In 2011, FISA President Carlo Maria Giovanardi was appointed Expert of the Superior Health Council for Non-Conventional Medicine. This appointment proved the growing interest of prestigious institutions, such as the Superior Health Council, in acupuncture. Consequently, FISA played a key role in establishing requirements and coordinating teaching activities for education in acupuncture at the State–Regions Conference held on February 7, 2013.

Over the last few years, acupuncture has increasingly spread in Italy. Nowadays, it is administered not only in private clinics, but also in public structures belonging to the National Healthcare Service. When acupuncture was first introduced in Italy, it was mainly used to treat the symptoms of pain syndromes. Therefore, it is most used in public pain relief centers. Over time, its range of application has remarkably increased; it now covers a wide variety of fields, including the treatment of chemotherapy-induced side effects in cancer patients, among others.

References

Giovanardi CM et al Integr Med Res. 2020 Mar;9(1):1-4. doi: 10.1016/j.imr.2019.12.001. Epub 2019 Dec 17.

Acupuncture is a popular therapy in Norway

Recent years the use of complementary and alternative medicine (CAM) is increasing. A recent Norwegian survey shows that 45 % of the respondents had used CAM within the last 12 months. Massage was the most commonly used CAM method, followed by acupuncture. Acupuncture has been an integrated part of the clinical practice of Norwegian general practitioners (GPs). Many GPs have undergone acupuncture training. A survey involved in 111 GPs has shown that 60 % used acupuncture to treat patients. Fifty-two per cent used acupuncture in more than 5 % of their consultations. Acupuncture was most often used to treat musculoskeletal pain, migraine and tension headache, but was also used in nausea, indigestion, allergies, asthma and sleeping disorders. For the most common disease groups, positive effect was reported in 3 out of 4 patients. From 2001 to 2008 the proportion of Norwegian hospitals offering CAM increased from 25 % to 50.5 % and acupuncture was the therapy most frequently offered.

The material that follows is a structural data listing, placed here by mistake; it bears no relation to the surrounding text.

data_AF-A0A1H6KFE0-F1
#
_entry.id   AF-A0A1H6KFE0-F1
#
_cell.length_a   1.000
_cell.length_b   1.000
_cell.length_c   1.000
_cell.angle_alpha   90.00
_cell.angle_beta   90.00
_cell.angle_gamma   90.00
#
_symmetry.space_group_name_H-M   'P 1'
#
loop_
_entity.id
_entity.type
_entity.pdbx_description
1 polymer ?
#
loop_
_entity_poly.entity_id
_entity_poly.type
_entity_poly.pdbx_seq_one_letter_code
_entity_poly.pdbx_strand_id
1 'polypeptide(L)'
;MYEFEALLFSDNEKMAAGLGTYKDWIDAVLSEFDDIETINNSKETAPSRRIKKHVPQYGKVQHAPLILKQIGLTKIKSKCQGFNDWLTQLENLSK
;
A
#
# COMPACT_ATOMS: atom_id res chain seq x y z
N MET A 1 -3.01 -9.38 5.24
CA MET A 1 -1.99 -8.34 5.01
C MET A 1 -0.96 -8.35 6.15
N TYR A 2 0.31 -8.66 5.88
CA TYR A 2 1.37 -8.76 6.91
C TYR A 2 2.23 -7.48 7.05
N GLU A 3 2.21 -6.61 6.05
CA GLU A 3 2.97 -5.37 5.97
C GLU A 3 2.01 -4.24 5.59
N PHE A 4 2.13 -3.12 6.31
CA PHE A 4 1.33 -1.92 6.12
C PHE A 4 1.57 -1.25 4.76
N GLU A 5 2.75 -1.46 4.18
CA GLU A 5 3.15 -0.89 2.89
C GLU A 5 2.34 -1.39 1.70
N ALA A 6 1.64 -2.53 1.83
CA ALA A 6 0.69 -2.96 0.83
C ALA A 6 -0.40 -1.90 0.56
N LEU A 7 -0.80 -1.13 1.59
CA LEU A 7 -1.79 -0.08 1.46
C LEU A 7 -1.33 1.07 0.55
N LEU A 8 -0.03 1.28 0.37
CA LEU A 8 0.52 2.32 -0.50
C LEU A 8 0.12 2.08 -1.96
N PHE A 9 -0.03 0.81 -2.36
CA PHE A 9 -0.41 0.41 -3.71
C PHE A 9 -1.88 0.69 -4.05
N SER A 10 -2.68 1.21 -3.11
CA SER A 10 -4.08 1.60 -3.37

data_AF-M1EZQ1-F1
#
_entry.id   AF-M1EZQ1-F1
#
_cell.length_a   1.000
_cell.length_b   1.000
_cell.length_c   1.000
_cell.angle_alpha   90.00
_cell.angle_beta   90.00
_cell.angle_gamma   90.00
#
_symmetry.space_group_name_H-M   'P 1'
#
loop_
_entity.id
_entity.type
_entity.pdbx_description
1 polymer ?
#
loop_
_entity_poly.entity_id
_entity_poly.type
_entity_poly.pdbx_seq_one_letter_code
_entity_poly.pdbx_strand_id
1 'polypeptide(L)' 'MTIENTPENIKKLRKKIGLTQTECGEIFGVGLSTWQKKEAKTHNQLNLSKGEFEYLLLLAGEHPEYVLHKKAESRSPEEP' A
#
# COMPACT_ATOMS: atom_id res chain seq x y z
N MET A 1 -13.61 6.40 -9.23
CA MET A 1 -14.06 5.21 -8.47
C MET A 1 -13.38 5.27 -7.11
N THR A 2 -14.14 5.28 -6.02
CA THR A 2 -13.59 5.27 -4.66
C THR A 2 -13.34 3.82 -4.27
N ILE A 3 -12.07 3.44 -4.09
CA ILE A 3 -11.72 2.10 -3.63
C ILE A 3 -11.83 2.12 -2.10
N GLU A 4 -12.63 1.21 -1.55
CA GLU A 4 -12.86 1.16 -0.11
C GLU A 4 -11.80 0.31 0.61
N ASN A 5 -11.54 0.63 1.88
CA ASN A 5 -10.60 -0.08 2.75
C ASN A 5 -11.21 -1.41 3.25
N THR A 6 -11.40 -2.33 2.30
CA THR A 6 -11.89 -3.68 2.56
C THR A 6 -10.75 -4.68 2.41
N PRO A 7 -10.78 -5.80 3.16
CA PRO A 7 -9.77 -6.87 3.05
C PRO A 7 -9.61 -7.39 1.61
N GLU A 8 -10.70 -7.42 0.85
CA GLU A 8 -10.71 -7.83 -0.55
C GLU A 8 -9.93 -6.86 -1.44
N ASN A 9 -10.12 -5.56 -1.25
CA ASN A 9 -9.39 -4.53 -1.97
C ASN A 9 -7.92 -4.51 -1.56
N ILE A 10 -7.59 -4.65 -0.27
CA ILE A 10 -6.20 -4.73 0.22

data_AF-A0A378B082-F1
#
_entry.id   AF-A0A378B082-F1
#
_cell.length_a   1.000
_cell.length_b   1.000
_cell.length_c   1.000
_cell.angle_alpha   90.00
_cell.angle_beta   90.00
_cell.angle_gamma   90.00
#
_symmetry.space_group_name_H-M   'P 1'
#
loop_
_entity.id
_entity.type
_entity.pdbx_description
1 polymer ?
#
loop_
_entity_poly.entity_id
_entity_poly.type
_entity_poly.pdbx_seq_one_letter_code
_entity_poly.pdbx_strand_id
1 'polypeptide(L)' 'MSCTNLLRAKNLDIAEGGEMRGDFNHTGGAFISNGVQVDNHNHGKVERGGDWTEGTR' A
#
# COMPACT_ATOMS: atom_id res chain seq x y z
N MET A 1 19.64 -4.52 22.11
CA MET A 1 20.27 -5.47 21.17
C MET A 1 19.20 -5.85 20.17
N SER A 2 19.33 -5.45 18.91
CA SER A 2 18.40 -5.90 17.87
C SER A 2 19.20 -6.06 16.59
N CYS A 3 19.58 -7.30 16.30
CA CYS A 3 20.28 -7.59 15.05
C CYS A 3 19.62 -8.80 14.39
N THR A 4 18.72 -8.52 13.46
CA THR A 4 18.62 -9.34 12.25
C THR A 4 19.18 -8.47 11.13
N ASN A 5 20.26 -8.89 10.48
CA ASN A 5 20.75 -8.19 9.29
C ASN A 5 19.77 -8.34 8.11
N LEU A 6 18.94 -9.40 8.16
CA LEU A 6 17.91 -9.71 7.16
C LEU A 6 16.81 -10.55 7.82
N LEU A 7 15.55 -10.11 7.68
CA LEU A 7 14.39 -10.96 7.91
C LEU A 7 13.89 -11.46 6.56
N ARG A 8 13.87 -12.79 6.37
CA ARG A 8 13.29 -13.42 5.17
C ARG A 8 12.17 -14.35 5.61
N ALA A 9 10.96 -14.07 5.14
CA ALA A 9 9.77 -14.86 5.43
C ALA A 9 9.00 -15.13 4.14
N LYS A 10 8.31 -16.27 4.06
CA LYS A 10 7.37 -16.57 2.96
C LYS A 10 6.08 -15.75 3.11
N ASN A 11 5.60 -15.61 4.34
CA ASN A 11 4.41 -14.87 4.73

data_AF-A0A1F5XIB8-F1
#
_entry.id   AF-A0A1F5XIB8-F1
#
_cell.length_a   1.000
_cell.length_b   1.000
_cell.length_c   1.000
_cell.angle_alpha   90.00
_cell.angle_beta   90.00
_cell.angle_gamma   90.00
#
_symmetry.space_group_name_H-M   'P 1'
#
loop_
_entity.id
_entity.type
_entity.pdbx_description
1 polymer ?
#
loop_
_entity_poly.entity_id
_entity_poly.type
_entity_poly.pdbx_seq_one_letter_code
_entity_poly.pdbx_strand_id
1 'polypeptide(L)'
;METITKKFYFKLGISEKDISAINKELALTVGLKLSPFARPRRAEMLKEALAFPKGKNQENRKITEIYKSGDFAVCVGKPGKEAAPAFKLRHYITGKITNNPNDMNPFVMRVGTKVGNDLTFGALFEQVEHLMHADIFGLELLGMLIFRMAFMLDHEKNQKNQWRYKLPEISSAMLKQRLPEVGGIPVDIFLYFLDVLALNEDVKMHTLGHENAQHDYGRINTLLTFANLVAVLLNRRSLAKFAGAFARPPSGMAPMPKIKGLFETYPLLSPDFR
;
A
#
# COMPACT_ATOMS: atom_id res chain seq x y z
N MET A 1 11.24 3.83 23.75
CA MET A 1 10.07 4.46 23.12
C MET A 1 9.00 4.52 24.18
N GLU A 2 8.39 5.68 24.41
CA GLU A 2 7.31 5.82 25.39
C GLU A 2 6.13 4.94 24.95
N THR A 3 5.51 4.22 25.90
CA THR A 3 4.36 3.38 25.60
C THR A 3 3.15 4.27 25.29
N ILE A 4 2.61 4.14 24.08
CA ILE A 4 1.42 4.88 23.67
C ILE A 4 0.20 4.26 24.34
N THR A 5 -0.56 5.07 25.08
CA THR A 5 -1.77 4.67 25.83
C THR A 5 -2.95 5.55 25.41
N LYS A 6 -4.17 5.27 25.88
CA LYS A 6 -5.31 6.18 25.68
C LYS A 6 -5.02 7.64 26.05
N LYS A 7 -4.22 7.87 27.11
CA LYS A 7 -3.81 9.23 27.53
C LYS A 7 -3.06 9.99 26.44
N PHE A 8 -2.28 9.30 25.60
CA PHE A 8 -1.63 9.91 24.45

References

Jacobsen R et al BMC Complement Altern Med (2015) 15:275

Acupuncture cost is more favourite covered by basic health insurance in Switzerland.